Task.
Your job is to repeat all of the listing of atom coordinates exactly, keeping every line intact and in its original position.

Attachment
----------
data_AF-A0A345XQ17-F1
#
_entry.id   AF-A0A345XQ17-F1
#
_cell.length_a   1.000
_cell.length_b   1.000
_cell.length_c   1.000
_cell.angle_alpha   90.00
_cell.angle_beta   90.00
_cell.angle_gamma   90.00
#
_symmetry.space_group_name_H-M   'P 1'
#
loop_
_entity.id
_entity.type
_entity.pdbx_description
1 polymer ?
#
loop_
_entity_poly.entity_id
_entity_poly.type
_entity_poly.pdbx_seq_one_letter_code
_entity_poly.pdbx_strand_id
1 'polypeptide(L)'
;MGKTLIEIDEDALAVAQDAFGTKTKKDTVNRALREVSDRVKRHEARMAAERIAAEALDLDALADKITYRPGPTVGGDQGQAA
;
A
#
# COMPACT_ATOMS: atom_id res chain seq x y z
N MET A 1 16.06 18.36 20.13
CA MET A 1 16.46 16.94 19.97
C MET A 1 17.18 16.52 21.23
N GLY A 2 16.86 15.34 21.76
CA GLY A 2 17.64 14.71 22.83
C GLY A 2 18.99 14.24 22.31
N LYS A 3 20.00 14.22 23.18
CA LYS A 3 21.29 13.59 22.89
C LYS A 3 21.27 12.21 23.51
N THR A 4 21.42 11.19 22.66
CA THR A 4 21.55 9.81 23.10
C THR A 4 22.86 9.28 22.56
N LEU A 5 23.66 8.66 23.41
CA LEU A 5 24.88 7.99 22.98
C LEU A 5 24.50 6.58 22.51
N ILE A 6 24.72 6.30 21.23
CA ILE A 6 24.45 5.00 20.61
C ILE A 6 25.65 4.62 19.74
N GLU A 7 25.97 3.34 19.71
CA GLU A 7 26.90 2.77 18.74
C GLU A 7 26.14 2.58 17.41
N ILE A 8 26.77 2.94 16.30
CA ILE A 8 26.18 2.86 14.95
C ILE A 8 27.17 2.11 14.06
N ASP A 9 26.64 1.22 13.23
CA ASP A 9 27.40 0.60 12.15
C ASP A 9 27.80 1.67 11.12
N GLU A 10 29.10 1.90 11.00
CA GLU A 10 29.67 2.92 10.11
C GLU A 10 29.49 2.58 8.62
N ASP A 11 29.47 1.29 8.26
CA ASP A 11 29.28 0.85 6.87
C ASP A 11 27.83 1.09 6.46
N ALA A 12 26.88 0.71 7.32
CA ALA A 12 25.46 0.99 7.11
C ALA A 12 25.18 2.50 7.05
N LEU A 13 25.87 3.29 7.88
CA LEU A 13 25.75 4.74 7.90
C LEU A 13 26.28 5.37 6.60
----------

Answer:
data_AF-A0A345XQ17-F1
#
_entry.id   AF-A0A345XQ17-F1
#
_cell.length_a   1.000
_cell.length_b   1.000
_cell.length_c   1.000
_cell.angle_alpha   90.00
_cell.angle_beta   90.00
_cell.angle_gamma   90.00
#
_symmetry.space_group_name_H-M   'P 1'
#
loop_
_entity.id
_entity.type
_entity.pdbx_description
1 polymer ?
#
loop_
_entity_poly.entity_id
_entity_poly.type
_entity_poly.pdbx_seq_one_letter_code
_entity_poly.pdbx_strand_id
1 'polypeptide(L)'
;MGKTLIEIDEDALAVAQDAFGTKTKKDTVNRALREVSDRVKRHEARMAAERIAAEALDLDALADKITYRPGPTVGGDQGQAA
;
A
#
# COMPACT_ATOMS: atom_id res chain seq x y z
N MET A 1 16.06 18.36 20.13
CA MET A 1 16.46 16.94 19.97
C MET A 1 17.18 16.52 21.23
N GLY A 2 16.86 15.34 21.76
CA GLY A 2 17.64 14.71 22.83
C GLY A 2 18.99 14.24 22.31
N LYS A 3 20.00 14.22 23.18
CA LYS A 3 21.29 13.59 22.89
C LYS A 3 21.27 12.21 23.51
N THR A 4 21.42 11.19 22.66
CA THR A 4 21.55 9.81 23.10
C THR A 4 22.86 9.28 22.56
N LEU A 5 23.66 8.66 23.41
CA LEU A 5 24.88 7.99 22.98
C LEU A 5 24.50 6.58 22.51
N ILE A 6 24.72 6.30 21.23
CA ILE A 6 24.45 5.00 20.61
C ILE A 6 25.65 4.62 19.74
N GLU A 7 25.97 3.34 19.71
CA GLU A 7 26.90 2.77 18.74
C GLU A 7 26.14 2.58 17.41
N ILE A 8 26.77 2.94 16.30
CA ILE A 8 26.18 2.86 14.95
C ILE A 8 27.17 2.11 14.06
N ASP A 9 26.64 1.22 13.23
CA ASP A 9 27.40 0.60 12.15
C ASP A 9 27.80 1.67 11.12
N GLU A 10 29.10 1.90 11.00
CA GLU A 10 29.67 2.92 10.11
C GLU A 10 29.49 2.58 8.62
N ASP A 11 29.47 1.29 8.26
CA ASP A 11 29.28 0.85 6.87
C ASP A 11 27.83 1.09 6.46
N ALA A 12 26.88 0.71 7.32
CA ALA A 12 25.46 0.99 7.11
C ALA A 12 25.18 2.50 7.05
N LEU A 13 25.87 3.29 7.88
CA LEU A 13 25.75 4.74 7.90
C LEU A 13 26.28 5.37 6.60